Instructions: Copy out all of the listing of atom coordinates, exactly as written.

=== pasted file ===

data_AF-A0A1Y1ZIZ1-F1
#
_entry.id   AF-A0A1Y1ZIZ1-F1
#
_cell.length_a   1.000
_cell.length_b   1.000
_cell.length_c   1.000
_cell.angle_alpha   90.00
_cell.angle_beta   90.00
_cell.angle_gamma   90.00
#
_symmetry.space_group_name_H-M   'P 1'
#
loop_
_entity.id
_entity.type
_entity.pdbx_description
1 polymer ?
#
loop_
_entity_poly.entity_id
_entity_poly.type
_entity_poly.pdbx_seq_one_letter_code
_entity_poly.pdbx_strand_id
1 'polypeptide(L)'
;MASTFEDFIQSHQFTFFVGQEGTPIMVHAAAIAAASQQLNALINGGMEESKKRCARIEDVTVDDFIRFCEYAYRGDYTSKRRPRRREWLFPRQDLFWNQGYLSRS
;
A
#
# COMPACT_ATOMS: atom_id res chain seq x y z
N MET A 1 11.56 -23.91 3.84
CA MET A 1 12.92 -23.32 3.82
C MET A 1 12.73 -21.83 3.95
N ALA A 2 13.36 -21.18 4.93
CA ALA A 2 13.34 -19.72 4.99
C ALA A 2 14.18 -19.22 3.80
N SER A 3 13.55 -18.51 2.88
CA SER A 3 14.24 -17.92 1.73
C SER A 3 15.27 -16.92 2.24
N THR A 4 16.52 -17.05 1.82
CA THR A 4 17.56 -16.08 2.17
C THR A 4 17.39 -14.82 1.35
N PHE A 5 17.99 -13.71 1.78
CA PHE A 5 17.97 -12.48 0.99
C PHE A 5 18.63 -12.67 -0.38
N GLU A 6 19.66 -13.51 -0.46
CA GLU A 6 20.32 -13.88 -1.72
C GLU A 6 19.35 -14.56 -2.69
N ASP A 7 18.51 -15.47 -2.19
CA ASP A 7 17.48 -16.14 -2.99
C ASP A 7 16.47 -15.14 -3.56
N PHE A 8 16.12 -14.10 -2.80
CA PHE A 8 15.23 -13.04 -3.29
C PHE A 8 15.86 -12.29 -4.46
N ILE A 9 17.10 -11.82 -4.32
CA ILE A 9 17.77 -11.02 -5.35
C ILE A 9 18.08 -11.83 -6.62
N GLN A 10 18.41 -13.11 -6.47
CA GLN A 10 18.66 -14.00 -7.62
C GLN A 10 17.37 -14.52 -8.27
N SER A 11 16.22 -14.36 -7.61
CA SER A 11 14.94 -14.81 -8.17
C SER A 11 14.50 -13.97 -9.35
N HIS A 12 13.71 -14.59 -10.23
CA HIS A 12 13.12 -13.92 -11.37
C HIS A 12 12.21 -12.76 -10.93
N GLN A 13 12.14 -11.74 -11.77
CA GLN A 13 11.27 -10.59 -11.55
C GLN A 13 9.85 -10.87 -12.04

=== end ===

data_AF-A0A1Y1ZIZ1-F1
#
_entry.id   AF-A0A1Y1ZIZ1-F1
#
_cell.length_a   1.000
_cell.length_b   1.000
_cell.length_c   1.000
_cell.angle_alpha   90.00
_cell.angle_beta   90.00
_cell.angle_gamma   90.00
#
_symmetry.space_group_name_H-M   'P 1'
#
loop_
_entity.id
_entity.type
_entity.pdbx_description
1 polymer ?
#
loop_
_entity_poly.entity_id
_entity_poly.type
_entity_poly.pdbx_seq_one_letter_code
_entity_poly.pdbx_strand_id
1 'polypeptide(L)'
;MASTFEDFIQSHQFTFFVGQEGTPIMVHAAAIAAASQQLNALINGGMEESKKRCARIEDVTVDDFIRFCEYAYRGDYTSKRRPRRREWLFPRQDLFWNQGYLSRS
;
A
#
# COMPACT_ATOMS: atom_id res chain seq x y z
N MET A 1 11.56 -23.91 3.84
CA MET A 1 12.92 -23.32 3.82
C MET A 1 12.73 -21.83 3.95
N ALA A 2 13.36 -21.18 4.93
CA ALA A 2 13.34 -19.72 4.99
C ALA A 2 14.18 -19.22 3.80
N SER A 3 13.55 -18.51 2.88
CA SER A 3 14.24 -17.92 1.73
C SER A 3 15.27 -16.92 2.24
N THR A 4 16.52 -17.05 1.82
CA THR A 4 17.56 -16.08 2.17
C THR A 4 17.39 -14.82 1.35
N PHE A 5 17.99 -13.71 1.78
CA PHE A 5 17.97 -12.48 0.99
C PHE A 5 18.63 -12.67 -0.38
N GLU A 6 19.66 -13.51 -0.46
CA GLU A 6 20.32 -13.88 -1.72
C GLU A 6 19.35 -14.56 -2.69
N ASP A 7 18.51 -15.47 -2.19
CA ASP A 7 17.48 -16.14 -2.99
C ASP A 7 16.47 -15.14 -3.56
N PHE A 8 16.12 -14.10 -2.80
CA PHE A 8 15.23 -13.04 -3.29
C PHE A 8 15.86 -12.29 -4.46
N ILE A 9 17.10 -11.82 -4.32
CA ILE A 9 17.77 -11.02 -5.35
C ILE A 9 18.08 -11.83 -6.62
N GLN A 10 18.41 -13.11 -6.47
CA GLN A 10 18.66 -14.00 -7.62
C GLN A 10 17.37 -14.52 -8.27
N SER A 11 16.22 -14.36 -7.61
CA SER A 11 14.94 -14.81 -8.17
C SER A 11 14.50 -13.97 -9.35
N HIS A 12 13.71 -14.59 -10.23
CA HIS A 12 13.12 -13.92 -11.37
C HIS A 12 12.21 -12.76 -10.93
N GLN A 13 12.14 -11.74 -11.77
CA GLN A 13 11.27 -10.59 -11.55
C GLN A 13 9.85 -10.87 -12.04